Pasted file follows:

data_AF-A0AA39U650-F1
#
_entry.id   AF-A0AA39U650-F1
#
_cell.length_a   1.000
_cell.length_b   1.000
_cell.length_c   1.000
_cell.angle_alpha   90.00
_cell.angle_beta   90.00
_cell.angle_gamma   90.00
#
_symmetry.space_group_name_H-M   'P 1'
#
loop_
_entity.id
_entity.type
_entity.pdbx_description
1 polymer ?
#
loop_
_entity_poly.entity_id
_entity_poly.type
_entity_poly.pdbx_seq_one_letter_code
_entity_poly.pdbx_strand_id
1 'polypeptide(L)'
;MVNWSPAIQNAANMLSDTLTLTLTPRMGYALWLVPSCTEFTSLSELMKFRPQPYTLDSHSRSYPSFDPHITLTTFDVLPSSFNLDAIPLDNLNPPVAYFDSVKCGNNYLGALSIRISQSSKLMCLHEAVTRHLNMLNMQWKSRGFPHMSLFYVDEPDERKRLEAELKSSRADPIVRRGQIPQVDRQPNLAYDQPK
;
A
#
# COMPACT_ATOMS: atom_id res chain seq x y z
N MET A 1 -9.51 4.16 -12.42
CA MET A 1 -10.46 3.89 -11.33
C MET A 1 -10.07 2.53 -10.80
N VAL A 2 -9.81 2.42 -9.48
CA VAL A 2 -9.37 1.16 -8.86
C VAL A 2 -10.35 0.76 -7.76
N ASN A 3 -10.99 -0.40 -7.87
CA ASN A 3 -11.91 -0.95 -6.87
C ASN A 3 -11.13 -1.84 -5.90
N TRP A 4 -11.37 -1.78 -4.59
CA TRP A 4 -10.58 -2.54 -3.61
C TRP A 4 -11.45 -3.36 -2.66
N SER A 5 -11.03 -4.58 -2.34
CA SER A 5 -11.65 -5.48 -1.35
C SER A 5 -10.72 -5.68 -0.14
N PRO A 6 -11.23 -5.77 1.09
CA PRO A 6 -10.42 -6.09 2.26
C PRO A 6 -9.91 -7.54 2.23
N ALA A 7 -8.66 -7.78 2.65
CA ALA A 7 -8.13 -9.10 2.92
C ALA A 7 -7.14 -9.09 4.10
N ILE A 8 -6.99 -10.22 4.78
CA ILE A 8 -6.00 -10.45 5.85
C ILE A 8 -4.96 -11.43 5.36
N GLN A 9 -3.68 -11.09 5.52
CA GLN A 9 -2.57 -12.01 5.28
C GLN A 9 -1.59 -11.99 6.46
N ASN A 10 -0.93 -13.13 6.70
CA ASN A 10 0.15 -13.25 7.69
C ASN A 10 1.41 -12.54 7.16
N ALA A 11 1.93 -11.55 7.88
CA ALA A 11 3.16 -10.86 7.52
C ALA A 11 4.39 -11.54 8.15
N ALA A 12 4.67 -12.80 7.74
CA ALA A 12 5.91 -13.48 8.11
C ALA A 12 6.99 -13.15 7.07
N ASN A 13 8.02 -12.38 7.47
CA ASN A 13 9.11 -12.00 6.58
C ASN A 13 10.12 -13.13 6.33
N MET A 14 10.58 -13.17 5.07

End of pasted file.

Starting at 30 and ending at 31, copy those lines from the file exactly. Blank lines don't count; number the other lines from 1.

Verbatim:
# COMPACT_ATOMS: atom_id res chain seq x y z
N MET A 1 -9.51 4.16 -12.42